U.S. Pat. No. 7,109,405 to Brown addresses the functionality and reliability issues inherent in prior D-Tuners, as well as issue of holes in the peghead. The Brown patent discloses a D-Tuner having a base unit with a pair of projections extending upwardly from it and a bar for attachment to the base unit with the neck of a stringed instrument clamped between the base unit and the bar. The tuner includes tuning screws for moving the projections linearly to change string tension, a pair of externally threaded posts extending from a bottom surface of the base unit, and nuts to secure the tuner on the stringed instrument.
There is a need for a D-Tuner for a banjo or other stringed instrument, which does not detract from the aesthetic appearance of the banjo, which can be marketed at a reasonable price, which can be easily mounted on a banjo, and which can be used to easily, quickly and accurately tune the banjo.
This invention addresses the above described needs by providing a D-Tuner that is aesthetic pleasing, economical to manufacture, easy to mount on a banjo, and quick, easy and accurate to tune. The D-Tuner of this invention has two adjustable cammed keys secured in a base member and having linear flexible members such as wires attached to the cammed keys. The linear flexible members are adapted to extend through or around the side edges of the peghead for attachment to the second B string and third G string on the banjo. In one preferred embodiment of this invention, the flexible members are wires that are disposed in curved tubes that extend around opposite side edges of the peghead of a banjo. The D-Tuner has stops for controlling the extent of the adjustment of the tension of the strings when the keys on the D-Tuner are turned. A preferred embodiment of a D-Tuner of this invention has holes in the base of the tuner for receiving screws for mounting the D-Tuner on a banjo peghead.
An alternative embodiment of this invention avoids the use of screw holes drilled into the peghead by providing an alternate way to mount the tuner by attaching it using a VHB (Very High Bond) double sided tape. Acceptable tape is available from the 3M Company among other sources. This embodiment preferably includes some sort of adhesive seal/gasket over the open cavity on the mounting surface of the base. This seal or gasket prevents any contaminants from entering the working mechanisms of the tuner and blocks lubricants form reaching the peghead. The seal also acts as a tamper proof seal that must be broken in order to access the interior cams in the tuner. A broken seal provides evidence that someone has tampered with the tuner. Therefore the VHB double sided tape performs the above functions as well as a means to bond the tuner to the peghead and eliminate the need for holes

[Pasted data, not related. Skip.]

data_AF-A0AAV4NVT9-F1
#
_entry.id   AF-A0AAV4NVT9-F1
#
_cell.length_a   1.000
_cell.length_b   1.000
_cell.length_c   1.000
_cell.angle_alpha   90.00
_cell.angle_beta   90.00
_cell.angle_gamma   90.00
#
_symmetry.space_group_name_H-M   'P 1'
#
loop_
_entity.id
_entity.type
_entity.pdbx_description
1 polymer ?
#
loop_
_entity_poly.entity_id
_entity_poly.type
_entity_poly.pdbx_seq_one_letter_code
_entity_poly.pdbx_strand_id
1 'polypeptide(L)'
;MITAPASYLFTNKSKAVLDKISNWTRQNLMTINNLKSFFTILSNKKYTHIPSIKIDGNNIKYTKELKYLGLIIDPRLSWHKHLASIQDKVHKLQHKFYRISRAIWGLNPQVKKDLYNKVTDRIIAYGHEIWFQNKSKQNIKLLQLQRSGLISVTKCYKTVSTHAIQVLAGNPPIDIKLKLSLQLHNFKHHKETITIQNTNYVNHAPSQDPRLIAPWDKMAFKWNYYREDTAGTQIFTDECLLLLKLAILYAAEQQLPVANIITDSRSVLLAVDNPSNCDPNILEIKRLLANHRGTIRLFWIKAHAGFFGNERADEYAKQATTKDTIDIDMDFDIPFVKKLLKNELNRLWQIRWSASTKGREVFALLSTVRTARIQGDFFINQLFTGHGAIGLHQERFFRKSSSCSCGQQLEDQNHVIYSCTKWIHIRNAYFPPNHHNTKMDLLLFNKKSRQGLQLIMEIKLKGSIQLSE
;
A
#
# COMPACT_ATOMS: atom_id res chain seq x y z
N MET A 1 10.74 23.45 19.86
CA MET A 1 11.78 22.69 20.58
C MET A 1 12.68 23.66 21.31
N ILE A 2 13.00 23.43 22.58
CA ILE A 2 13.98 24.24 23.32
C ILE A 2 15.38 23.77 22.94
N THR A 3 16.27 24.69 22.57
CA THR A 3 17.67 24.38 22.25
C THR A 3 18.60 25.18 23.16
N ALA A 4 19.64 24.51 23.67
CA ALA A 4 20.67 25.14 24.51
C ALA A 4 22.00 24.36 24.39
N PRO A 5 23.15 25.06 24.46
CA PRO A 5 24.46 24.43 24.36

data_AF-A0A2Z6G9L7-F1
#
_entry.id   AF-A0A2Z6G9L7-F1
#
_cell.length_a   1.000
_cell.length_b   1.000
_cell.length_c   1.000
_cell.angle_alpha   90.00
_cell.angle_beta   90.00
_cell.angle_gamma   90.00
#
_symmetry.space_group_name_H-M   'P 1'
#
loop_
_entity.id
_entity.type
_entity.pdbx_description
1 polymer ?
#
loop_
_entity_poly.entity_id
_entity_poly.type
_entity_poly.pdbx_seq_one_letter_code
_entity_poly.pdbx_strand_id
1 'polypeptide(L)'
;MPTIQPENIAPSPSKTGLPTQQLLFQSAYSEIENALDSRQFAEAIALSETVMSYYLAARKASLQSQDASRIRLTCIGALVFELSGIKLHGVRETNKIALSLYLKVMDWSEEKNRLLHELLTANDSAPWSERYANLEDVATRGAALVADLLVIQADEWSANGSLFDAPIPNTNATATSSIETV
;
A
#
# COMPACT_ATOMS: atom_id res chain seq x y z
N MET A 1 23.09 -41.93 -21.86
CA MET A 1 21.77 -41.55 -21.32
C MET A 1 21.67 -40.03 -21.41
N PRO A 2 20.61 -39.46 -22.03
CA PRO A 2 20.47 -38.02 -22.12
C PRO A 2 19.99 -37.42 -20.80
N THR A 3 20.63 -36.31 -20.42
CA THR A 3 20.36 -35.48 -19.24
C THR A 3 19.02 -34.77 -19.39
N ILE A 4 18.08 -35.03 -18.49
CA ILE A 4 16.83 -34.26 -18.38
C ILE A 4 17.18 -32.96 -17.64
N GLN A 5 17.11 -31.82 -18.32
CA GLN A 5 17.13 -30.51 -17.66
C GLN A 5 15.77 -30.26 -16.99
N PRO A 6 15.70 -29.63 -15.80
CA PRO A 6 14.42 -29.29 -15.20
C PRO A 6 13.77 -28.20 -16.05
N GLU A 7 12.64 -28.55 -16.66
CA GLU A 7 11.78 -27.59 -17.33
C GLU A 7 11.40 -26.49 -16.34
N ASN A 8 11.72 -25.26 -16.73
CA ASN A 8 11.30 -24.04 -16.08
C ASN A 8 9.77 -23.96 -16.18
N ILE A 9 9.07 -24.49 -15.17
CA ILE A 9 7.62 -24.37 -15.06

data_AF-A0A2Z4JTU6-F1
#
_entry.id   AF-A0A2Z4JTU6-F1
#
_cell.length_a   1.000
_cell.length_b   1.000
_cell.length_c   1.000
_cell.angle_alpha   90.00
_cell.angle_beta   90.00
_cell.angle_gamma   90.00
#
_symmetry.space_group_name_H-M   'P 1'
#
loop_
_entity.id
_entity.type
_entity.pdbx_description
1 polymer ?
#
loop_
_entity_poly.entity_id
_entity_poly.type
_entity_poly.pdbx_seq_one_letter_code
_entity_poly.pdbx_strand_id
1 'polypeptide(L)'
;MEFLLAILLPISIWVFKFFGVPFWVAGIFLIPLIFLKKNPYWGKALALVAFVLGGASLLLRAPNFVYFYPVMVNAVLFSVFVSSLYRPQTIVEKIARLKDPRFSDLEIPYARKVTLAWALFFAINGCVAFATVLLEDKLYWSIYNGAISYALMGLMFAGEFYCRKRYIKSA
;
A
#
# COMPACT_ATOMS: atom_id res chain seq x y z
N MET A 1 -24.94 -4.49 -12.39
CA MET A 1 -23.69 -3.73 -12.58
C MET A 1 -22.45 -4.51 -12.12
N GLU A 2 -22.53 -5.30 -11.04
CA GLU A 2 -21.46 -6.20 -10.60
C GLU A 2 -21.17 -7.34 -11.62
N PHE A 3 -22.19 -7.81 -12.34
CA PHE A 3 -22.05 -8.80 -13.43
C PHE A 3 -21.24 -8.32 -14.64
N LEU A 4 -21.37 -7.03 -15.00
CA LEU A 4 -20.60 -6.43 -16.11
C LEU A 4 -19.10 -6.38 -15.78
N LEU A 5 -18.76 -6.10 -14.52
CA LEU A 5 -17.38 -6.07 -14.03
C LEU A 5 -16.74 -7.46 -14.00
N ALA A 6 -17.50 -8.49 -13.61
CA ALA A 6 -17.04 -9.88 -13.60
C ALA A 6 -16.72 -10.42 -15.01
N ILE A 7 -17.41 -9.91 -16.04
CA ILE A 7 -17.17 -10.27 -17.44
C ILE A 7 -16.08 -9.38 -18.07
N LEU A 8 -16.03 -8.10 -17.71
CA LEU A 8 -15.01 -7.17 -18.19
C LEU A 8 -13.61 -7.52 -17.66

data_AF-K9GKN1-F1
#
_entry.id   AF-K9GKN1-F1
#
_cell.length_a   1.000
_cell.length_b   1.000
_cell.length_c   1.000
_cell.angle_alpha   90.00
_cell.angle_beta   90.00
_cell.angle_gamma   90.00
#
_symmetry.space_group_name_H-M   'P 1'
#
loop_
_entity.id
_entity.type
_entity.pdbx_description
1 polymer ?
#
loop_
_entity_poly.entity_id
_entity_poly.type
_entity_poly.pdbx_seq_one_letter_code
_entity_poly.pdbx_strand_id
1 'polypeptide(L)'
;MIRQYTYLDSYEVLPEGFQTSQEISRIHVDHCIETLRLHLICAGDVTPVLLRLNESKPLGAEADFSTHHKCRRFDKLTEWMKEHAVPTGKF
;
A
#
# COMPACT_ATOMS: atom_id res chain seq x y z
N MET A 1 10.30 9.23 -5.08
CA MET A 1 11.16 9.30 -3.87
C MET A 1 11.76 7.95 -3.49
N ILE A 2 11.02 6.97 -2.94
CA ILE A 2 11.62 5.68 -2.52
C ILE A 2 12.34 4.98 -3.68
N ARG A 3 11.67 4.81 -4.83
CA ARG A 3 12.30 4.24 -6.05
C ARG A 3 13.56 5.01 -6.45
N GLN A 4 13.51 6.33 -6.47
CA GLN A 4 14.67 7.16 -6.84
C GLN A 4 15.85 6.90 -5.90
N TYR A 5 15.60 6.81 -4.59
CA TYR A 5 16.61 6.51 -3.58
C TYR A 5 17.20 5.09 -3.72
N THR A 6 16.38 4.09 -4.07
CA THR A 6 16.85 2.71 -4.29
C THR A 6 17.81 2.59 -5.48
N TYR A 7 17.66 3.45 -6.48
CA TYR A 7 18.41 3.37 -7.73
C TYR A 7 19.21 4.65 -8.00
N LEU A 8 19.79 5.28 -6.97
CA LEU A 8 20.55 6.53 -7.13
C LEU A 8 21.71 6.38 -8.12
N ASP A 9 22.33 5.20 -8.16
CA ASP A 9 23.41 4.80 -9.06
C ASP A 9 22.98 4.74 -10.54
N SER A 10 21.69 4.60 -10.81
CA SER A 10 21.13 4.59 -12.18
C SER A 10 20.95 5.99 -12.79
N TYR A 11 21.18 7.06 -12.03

Another alternative embodiment of this invention eliminates the tubes in which the wires are disposed and instead calls for small grooves to be cut in the banjo peghead for seating and guiding the wires that curve around the sides of the peghead and up to the banjo strings. In accordance with this embodiment, a standard peghead may have tiny rounded grooves, about 0.020 inch wide, cut in it that are practically invisible. Such grooves can be formed by burning them in by frictional sawing with a wound musical string that is rapidly drawn back and fourth along the line of the desired groove, like shining shoes, until smoke billows up to burn a perfectly rounded, almost invisible groove, especially after the surrounding blackened surface is eliminated as can easily done when making a new neck.
Another tubeless alternative embodiment calls for holes to be provided though a banjo peghead prior to the assembly of the peghead ears and peghead overlay on the peghead. With this embodiment, the D-Tuner is mounted on the peghead during assembly of the banjo.
Another tubeless embodiment is mounted on a banjo, which has the concave, rounded sides on the peghead in the location where the wires on the D-Tuner pass around the peghead whereby the wires of the D-Tuner will lie in the concave, rounded sides of the peghead.
A full understanding of the invention can be gained from the following description of the preferred embodiments when read in conjunction with the accompanying drawings in which:
The particulars shown and described herein are by way of example and for purposes of illustrative discussion of the embodiments of the present invention only and are presented to provide what is believed to be the most useful and readily understood description of the principles and conceptual aspects of the present invention. No attempt is made to show structural details of the present invention in more detail than is necessary for a fundamental understanding of the present invention. The description, taken with the drawings, makes apparent to those skilled in the art how the forms of the present invention may be embodied in practice.
Referring to the drawings,